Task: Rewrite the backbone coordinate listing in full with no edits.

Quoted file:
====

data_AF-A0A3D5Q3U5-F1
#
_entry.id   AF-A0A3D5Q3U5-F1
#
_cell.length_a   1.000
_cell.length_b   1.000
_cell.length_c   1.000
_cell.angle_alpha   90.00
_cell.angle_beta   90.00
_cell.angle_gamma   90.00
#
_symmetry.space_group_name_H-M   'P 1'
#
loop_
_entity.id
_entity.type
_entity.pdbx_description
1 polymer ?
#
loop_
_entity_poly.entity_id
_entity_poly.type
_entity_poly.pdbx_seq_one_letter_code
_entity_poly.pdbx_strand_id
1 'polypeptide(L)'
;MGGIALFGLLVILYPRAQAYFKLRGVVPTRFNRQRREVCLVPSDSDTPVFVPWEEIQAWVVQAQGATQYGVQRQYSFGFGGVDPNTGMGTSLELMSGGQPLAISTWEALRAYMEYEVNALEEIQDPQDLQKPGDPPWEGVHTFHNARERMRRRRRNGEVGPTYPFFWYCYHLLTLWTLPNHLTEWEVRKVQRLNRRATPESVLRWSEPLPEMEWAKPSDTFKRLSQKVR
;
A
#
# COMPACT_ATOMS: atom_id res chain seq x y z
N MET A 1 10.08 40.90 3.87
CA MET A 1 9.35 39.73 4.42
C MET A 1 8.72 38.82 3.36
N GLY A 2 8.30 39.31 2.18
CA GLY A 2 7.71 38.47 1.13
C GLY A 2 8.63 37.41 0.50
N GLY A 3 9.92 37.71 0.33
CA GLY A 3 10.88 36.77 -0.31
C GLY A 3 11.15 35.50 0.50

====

data_AF-A0A3D5Q3U5-F1
#
_entry.id   AF-A0A3D5Q3U5-F1
#
_cell.length_a   1.000
_cell.length_b   1.000
_cell.length_c   1.000
_cell.angle_alpha   90.00
_cell.angle_beta   90.00
_cell.angle_gamma   90.00
#
_symmetry.space_group_name_H-M   'P 1'
#
loop_
_entity.id
_entity.type
_entity.pdbx_description
1 polymer ?
#
loop_
_entity_poly.entity_id
_entity_poly.type
_entity_poly.pdbx_seq_one_letter_code
_entity_poly.pdbx_strand_id
1 'polypeptide(L)'
;MGGIALFGLLVILYPRAQAYFKLRGVVPTRFNRQRREVCLVPSDSDTPVFVPWEEIQAWVVQAQGATQYGVQRQYSFGFGGVDPNTGMGTSLELMSGGQPLAISTWEALRAYMEYEVNALEEIQDPQDLQKPGDPPWEGVHTFHNARERMRRRRRNGEVGPTYPFFWYCYHLLTLWTLPNHLTEWEVRKVQRLNRRATPESVLRWSEPLPEMEWAKPSDTFKRLSQKVR
;
A
#
# COMPACT_ATOMS: atom_id res chain seq x y z
N MET A 1 10.08 40.90 3.87
CA MET A 1 9.35 39.73 4.42
C MET A 1 8.72 38.82 3.36
N GLY A 2 8.30 39.31 2.18
CA GLY A 2 7.71 38.47 1.13
C GLY A 2 8.63 37.41 0.50
N GLY A 3 9.92 37.71 0.33
CA GLY A 3 10.88 36.77 -0.31
C GLY A 3 11.15 35.50 0.50